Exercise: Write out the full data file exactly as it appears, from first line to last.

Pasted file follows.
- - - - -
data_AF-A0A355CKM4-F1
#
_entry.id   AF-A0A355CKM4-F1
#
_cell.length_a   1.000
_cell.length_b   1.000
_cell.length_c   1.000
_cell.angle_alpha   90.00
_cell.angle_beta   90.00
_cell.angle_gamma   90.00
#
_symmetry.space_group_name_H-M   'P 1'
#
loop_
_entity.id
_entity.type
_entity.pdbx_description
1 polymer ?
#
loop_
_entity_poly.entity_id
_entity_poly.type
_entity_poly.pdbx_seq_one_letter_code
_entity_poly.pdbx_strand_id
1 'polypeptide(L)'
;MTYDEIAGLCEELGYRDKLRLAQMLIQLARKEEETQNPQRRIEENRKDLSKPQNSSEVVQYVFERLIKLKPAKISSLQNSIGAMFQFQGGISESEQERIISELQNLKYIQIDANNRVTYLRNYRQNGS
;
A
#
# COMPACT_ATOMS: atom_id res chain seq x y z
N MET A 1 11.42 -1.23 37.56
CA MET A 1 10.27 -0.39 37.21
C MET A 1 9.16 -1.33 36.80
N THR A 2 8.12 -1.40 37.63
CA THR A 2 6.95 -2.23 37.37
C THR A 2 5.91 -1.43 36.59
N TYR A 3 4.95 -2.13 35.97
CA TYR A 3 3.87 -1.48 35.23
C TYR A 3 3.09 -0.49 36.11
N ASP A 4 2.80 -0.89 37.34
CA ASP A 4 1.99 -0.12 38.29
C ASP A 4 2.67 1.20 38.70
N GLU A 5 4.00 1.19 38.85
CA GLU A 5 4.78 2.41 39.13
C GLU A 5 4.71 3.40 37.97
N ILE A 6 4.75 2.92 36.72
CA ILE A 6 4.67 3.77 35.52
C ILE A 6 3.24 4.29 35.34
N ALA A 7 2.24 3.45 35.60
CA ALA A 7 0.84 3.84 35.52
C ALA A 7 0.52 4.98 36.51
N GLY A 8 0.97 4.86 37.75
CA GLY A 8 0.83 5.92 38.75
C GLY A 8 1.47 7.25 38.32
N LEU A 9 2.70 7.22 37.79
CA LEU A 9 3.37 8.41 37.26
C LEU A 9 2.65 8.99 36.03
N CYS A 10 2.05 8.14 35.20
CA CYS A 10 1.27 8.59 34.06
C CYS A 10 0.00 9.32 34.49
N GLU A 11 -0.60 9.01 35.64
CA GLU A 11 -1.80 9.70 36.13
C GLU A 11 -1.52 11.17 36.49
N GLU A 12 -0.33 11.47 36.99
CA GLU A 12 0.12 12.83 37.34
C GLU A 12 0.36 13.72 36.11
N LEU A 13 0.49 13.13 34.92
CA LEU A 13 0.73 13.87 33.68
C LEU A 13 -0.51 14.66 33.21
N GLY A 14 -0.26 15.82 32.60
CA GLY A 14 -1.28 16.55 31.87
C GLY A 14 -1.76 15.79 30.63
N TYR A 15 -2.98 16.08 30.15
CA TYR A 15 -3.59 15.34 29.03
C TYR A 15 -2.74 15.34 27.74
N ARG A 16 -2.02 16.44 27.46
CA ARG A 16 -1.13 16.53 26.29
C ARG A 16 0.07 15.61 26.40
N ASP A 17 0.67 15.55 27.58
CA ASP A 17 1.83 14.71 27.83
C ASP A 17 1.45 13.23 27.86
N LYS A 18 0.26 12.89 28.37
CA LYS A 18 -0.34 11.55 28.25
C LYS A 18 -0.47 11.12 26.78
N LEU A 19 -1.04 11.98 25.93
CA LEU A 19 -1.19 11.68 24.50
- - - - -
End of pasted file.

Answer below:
data_AF-A0A355CKM4-F1
#
_entry.id   AF-A0A355CKM4-F1
#
_cell.length_a   1.000
_cell.length_b   1.000
_cell.length_c   1.000
_cell.angle_alpha   90.00
_cell.angle_beta   90.00
_cell.angle_gamma   90.00
#
_symmetry.space_group_name_H-M   'P 1'
#
loop_
_entity.id
_entity.type
_entity.pdbx_description
1 polymer ?
#
loop_
_entity_poly.entity_id
_entity_poly.type
_entity_poly.pdbx_seq_one_letter_code
_entity_poly.pdbx_strand_id
1 'polypeptide(L)'
;MTYDEIAGLCEELGYRDKLRLAQMLIQLARKEEETQNPQRRIEENRKDLSKPQNSSEVVQYVFERLIKLKPAKISSLQNSIGAMFQFQGGISESEQERIISELQNLKYIQIDANNRVTYLRNYRQNGS
;
A
#
# COMPACT_ATOMS: atom_id res chain seq x y z
N MET A 1 11.42 -1.23 37.56
CA MET A 1 10.27 -0.39 37.21
C MET A 1 9.16 -1.33 36.80
N THR A 2 8.12 -1.40 37.63
CA THR A 2 6.95 -2.23 37.37
C THR A 2 5.91 -1.43 36.59
N TYR A 3 4.95 -2.13 35.97
CA TYR A 3 3.87 -1.48 35.23
C TYR A 3 3.09 -0.49 36.11
N ASP A 4 2.80 -0.89 37.34
CA ASP A 4 1.99 -0.12 38.29
C ASP A 4 2.67 1.20 38.70
N GLU A 5 4.00 1.19 38.85
CA GLU A 5 4.78 2.41 39.13
C GLU A 5 4.71 3.40 37.97
N ILE A 6 4.75 2.92 36.72
CA ILE A 6 4.67 3.77 35.52
C ILE A 6 3.24 4.29 35.34
N ALA A 7 2.24 3.45 35.60
CA ALA A 7 0.84 3.84 35.52
C ALA A 7 0.52 4.98 36.51
N GLY A 8 0.97 4.86 37.75
CA GLY A 8 0.83 5.92 38.75
C GLY A 8 1.47 7.25 38.32
N LEU A 9 2.70 7.22 37.79
CA LEU A 9 3.37 8.41 37.26
C LEU A 9 2.65 8.99 36.03
N CYS A 10 2.05 8.14 35.20
CA CYS A 10 1.27 8.59 34.06
C CYS A 10 0.00 9.32 34.49
N GLU A 11 -0.60 9.01 35.64
CA GLU A 11 -1.80 9.70 36.13
C GLU A 11 -1.52 11.17 36.49
N GLU A 12 -0.33 11.47 36.99
CA GLU A 12 0.12 12.83 37.34
C GLU A 12 0.36 13.72 36.11
N LEU A 13 0.49 13.13 34.92
CA LEU A 13 0.73 13.87 33.68
C LEU A 13 -0.51 14.66 33.21
N GLY A 14 -0.26 15.82 32.60
CA GLY A 14 -1.28 16.55 31.87
C GLY A 14 -1.76 15.79 30.63
N TYR A 15 -2.98 16.08 30.15
CA TYR A 15 -3.59 15.34 29.03
C TYR A 15 -2.74 15.34 27.74
N ARG A 16 -2.02 16.44 27.46
CA ARG A 16 -1.13 16.53 26.29
C ARG A 16 0.07 15.61 26.40
N ASP A 17 0.67 15.55 27.58
CA ASP A 17 1.83 14.71 27.83
C ASP A 17 1.45 13.23 27.86
N LYS A 18 0.26 12.89 28.37
CA LYS A 18 -0.34 11.55 28.25
C LYS A 18 -0.47 11.12 26.78
N LEU A 19 -1.04 11.98 25.93
CA LEU A 19 -1.19 11.68 24.50